Sunday, January 06, 2013

Nurses - God’s Undercover Agents

There is no way to explain how amazing nurses are. They come in a check on you with regular faithfulness, they ask questions to remind you where you are what day it is and they come every time you press that jolly little button. 

I’m serious. Press it. For whatever. And they come. I have yet hear a nurse say, “Oh get over yourself!” And actually, I’m not talking about myself. I’m doing really well. But Sandra*, in the bed next to me calls out 3 to 4 times an hour when she is awake. She, too, has had brain surgery. And her legs don’t work. So, she cries out for someone to “get my hamstrings for me” or “chuck my hamstrings out the window” or in her less lucid moments, “can you get hamstrings with that?”... And then she repeats herself. The nurse will just have left the room and she will cry out about the same need. And the nurse returns. They all give her the “use the button” spiel but they all come when they hear her call.  

One of my nurses spent some quality time massaging Sandra’s legs and positioning and repositioning her on Friday night. Then she passed through the wall into my room. Aren’t angels the only ones on earth who can pass through walls? I had been listening to her deal with Sandra’s suffering and heard the way she used love and kindness to calm Sandra and help her sleep. As she passed through my room, and asked if I needed anything, I was just overcome with her generous spirit. “You’re amazing.” I said. She tried to pass it off, but I continued, “You can be trained in some things, but what you just did for Sandra was wonderful. You are an amazing person.” She smiled and said, “Thank you. Sleep well.” And I did.

Then there’s Jack. He was a firefighter in the Black Saturday fires nearly four years ago. The nurses come and call his name until he responds when he slips away. He got stranded, ran out of water and shut down emotionally. Then he came good - for a couple of months - then one fireless day he called his wife and said, “I’m on a stump. I don’t know where they’ve gone. But I know they need me. The smoke is so intense.” The hospitals had been put on three-month standby for these firefighters. It’s Post-Tramatic-Stress-Syndrome and it can hit up to 90 days after the traumatic event. He’s been in that fire and out of it for nearly four years now. On my first lucid night - I think it was Thursday - he woke me up when he shouted, “Incoming. Get everyone out!” He was dreaming and flash-backing at the same time. His wife is amazing. She nurses him, usually. But, then he started fitting and that put him in hospital - over 3 months ago. He fitted this morning for a few minutes and spent the rest of the day recovering from it. The nurses were there through it all.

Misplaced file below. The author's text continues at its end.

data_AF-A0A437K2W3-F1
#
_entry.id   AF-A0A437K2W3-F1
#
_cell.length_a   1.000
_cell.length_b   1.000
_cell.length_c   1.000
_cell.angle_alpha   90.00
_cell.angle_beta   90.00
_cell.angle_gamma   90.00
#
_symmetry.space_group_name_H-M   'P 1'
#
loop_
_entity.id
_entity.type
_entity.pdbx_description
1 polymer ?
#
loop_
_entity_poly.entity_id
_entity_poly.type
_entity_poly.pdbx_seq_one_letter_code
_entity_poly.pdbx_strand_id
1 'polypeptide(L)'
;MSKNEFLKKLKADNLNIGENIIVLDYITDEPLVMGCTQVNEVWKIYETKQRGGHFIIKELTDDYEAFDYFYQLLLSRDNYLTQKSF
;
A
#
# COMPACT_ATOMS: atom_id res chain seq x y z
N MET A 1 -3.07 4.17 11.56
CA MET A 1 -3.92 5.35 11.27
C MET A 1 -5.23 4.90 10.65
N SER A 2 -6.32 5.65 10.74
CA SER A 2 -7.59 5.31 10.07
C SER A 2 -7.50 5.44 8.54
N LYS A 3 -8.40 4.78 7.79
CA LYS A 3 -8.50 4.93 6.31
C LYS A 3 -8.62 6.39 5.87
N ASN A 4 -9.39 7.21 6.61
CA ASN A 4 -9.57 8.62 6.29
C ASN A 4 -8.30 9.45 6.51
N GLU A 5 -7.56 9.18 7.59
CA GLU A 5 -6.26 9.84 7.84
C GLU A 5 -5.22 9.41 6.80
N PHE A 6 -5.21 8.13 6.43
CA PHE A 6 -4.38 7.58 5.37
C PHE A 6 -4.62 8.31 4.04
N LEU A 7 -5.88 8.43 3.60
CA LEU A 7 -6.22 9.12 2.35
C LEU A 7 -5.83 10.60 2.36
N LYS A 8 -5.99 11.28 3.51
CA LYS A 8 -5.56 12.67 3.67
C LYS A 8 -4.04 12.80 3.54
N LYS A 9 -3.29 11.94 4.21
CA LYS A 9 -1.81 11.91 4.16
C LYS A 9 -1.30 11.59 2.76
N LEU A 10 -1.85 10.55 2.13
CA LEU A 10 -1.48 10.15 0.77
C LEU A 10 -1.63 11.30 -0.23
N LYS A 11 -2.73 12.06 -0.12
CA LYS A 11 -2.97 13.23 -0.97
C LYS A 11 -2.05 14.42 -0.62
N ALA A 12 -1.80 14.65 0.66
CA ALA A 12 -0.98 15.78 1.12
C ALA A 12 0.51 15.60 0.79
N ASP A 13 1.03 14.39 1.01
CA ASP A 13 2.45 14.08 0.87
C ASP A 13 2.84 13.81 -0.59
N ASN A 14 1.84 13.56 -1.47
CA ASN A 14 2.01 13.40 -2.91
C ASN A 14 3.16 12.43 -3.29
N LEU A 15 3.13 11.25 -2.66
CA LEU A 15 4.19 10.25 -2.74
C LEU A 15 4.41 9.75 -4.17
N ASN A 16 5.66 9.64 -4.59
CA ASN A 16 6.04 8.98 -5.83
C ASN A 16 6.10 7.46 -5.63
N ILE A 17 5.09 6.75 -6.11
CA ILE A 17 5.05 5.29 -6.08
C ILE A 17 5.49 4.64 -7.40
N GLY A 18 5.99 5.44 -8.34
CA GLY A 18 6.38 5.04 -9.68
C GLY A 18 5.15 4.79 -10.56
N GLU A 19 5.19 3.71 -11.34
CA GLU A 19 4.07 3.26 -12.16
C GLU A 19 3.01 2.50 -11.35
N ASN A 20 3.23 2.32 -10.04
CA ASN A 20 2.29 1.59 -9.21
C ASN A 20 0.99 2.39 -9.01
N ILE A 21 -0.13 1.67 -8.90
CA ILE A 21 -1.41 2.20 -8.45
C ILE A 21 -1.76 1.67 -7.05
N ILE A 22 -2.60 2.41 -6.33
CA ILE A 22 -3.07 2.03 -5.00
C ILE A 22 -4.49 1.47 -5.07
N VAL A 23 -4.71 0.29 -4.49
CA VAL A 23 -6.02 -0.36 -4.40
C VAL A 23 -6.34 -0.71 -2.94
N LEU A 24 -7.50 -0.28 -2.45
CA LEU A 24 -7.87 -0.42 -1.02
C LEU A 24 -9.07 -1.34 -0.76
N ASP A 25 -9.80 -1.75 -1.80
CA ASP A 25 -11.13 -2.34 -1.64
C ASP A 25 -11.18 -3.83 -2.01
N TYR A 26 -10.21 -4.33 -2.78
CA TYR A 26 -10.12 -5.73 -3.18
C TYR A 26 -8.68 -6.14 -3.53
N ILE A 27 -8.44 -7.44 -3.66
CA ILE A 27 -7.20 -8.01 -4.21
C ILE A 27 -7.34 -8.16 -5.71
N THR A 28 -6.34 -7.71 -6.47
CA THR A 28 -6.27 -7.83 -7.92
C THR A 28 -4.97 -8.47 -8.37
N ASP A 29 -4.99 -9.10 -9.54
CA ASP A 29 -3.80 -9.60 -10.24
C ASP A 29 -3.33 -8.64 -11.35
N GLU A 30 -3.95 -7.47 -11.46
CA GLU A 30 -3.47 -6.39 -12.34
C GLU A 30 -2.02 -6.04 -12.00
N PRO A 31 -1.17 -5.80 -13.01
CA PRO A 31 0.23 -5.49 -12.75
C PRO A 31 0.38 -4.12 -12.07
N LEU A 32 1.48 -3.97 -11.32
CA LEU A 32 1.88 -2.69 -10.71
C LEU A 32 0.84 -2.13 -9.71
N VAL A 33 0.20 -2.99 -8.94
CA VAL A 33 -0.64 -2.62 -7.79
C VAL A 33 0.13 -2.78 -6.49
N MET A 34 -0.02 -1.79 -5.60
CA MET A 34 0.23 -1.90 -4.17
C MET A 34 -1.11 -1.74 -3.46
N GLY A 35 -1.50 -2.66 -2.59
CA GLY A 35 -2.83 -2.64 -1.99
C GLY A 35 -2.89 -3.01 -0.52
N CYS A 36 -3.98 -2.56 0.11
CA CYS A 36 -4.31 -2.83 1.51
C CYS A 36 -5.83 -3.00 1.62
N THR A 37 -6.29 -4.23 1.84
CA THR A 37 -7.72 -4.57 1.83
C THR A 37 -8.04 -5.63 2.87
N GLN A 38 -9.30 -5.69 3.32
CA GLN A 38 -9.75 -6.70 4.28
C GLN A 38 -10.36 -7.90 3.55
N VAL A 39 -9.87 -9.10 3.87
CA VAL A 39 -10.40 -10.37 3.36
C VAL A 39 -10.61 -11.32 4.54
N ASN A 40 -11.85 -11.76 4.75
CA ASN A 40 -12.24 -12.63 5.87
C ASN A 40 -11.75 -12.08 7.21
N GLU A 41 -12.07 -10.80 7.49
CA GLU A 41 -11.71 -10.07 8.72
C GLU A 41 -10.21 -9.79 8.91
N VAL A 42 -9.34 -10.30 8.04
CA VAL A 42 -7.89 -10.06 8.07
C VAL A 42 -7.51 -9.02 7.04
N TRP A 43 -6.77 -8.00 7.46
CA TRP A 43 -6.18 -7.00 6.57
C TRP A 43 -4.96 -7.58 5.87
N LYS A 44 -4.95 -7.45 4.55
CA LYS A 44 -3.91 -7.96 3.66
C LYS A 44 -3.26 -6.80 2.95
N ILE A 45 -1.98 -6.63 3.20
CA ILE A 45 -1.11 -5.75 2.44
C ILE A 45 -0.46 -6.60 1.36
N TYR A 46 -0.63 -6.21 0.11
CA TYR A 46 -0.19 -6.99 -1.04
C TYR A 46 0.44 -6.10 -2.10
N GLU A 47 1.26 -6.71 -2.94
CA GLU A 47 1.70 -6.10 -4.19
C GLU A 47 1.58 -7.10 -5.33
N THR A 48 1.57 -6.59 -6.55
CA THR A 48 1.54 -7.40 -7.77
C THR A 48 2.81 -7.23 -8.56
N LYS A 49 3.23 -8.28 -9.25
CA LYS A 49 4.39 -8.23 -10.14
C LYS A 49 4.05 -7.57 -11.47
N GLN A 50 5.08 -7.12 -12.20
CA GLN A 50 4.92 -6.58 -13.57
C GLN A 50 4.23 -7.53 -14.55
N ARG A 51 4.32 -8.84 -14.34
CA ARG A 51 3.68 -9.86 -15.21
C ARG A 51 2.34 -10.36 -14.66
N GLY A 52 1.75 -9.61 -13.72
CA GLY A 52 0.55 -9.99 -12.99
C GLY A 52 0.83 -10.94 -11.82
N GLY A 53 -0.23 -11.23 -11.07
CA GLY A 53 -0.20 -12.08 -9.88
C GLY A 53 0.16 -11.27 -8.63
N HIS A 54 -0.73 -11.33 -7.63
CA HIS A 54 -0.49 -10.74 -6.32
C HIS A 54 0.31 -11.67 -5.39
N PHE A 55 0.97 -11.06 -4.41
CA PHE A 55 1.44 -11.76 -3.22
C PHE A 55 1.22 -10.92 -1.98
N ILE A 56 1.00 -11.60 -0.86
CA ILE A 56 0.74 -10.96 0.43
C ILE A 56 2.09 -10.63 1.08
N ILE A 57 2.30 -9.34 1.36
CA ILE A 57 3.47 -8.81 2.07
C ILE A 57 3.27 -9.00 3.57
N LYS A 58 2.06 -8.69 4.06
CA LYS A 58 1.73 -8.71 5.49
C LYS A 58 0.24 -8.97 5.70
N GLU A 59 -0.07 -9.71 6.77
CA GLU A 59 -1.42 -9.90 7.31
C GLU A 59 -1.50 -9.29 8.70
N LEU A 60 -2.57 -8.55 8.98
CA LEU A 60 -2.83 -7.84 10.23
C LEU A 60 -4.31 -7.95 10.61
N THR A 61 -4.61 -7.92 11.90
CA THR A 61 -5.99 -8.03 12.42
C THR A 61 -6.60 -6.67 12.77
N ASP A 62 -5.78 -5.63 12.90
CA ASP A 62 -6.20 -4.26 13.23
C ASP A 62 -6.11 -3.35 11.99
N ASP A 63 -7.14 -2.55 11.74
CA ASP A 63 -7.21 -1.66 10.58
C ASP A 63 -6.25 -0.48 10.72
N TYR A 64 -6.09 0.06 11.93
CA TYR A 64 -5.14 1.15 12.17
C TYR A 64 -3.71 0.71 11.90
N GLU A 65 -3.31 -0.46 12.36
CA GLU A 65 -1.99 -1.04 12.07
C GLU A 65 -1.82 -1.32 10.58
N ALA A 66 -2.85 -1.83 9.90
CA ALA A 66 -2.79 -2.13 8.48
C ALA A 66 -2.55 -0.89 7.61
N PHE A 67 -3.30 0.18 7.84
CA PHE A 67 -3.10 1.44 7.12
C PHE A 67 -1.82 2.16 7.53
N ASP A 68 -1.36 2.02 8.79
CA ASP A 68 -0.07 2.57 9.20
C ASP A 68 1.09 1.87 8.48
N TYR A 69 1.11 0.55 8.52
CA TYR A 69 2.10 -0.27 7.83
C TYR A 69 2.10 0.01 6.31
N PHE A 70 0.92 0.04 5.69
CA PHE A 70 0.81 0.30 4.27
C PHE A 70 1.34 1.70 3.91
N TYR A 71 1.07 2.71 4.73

One of my nurses was doing the usual checks on me and I asked her a question. My Dad had just been to a majestic cathedral next door to experience Sunday Mass. As this is not in our faith tradition, he and I were both curious. When he returned he was telling me all about it when the nurse walked in. I said to her, “We’ve never been to mass before, so my Dad was very interested in the experience. What about you? Is Mass something from your faith tradition.” She said, “I was brought up going to Mass. I am Catholic. But I don’t practice anymore.” What makes this so intriguing to me is it took all day for my mind to make the obvious link that I normally would have made instantly. Just before she had come in, My Dad had read this “Good Samaritan Card” that he was handed on the way out of Mass. It was a beautiful description of why that church does all they can to help whomever they can at whatever opportunity they are given. Race aside. Creed aside. Faith aside. They will reach to anyone. Tomorrow I will give “The Good Samaritan” card to that nurse. She hasn’t stopped practicing. She’s just started.

Blessings, people. 

*I’ve changed the names to protect the people in this story. They are just every-day Joe’s and Jill’s like me and you.


  1. Anonymous9:38 pm

    Thank you Dave for posting about the Nurses. I was one until I retired when our hospital closed It brought back to me memories of the nurses I worked with. We all tried to help and sometimes it was hard. I think the Good Samaritan Card says it all

  2. What a great story Dave, you've really captured the human side of your stay and I feel for them. Glad you're doing so well.

  3. Tanya Karaoglanis10:40 am

    They are the Good Samaritans of this world.

    Glad you're able to string words together, the future is looking alot rosier....


Dave Edgren ~ Story: Teller, Author, Trainer ~

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